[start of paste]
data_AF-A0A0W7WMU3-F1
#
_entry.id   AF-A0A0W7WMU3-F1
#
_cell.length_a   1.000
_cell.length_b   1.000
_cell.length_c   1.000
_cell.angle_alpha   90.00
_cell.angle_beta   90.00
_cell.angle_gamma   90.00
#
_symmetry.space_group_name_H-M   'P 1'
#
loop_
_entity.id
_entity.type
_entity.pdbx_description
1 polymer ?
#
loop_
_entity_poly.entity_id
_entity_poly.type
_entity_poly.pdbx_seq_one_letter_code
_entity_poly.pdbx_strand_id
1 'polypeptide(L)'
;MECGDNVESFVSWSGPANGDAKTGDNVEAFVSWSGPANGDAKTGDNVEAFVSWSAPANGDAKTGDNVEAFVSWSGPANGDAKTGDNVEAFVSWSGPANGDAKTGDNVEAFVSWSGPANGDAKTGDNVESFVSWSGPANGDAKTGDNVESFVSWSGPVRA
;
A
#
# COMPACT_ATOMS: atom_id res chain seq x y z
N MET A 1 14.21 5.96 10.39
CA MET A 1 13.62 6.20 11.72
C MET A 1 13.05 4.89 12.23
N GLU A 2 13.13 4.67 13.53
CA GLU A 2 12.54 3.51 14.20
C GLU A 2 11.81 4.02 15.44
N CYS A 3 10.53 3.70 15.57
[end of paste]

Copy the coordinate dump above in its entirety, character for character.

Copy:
data_AF-A0A0W7WMU3-F1
#
_entry.id   AF-A0A0W7WMU3-F1
#
_cell.length_a   1.000
_cell.length_b   1.000
_cell.length_c   1.000
_cell.angle_alpha   90.00
_cell.angle_beta   90.00
_cell.angle_gamma   90.00
#
_symmetry.space_group_name_H-M   'P 1'
#
loop_
_entity.id
_entity.type
_entity.pdbx_description
1 polymer ?
#
loop_
_entity_poly.entity_id
_entity_poly.type
_entity_poly.pdbx_seq_one_letter_code
_entity_poly.pdbx_strand_id
1 'polypeptide(L)'
;MECGDNVESFVSWSGPANGDAKTGDNVEAFVSWSGPANGDAKTGDNVEAFVSWSAPANGDAKTGDNVEAFVSWSGPANGDAKTGDNVEAFVSWSGPANGDAKTGDNVEAFVSWSGPANGDAKTGDNVESFVSWSGPANGDAKTGDNVESFVSWSGPVRA
;
A
#
# COMPACT_ATOMS: atom_id res chain seq x y z
N MET A 1 14.21 5.96 10.39
CA MET A 1 13.62 6.20 11.72
C MET A 1 13.05 4.89 12.23
N GLU A 2 13.13 4.67 13.53
CA GLU A 2 12.54 3.51 14.20
C GLU A 2 11.81 4.02 15.44
N CYS A 3 10.53 3.70 15.57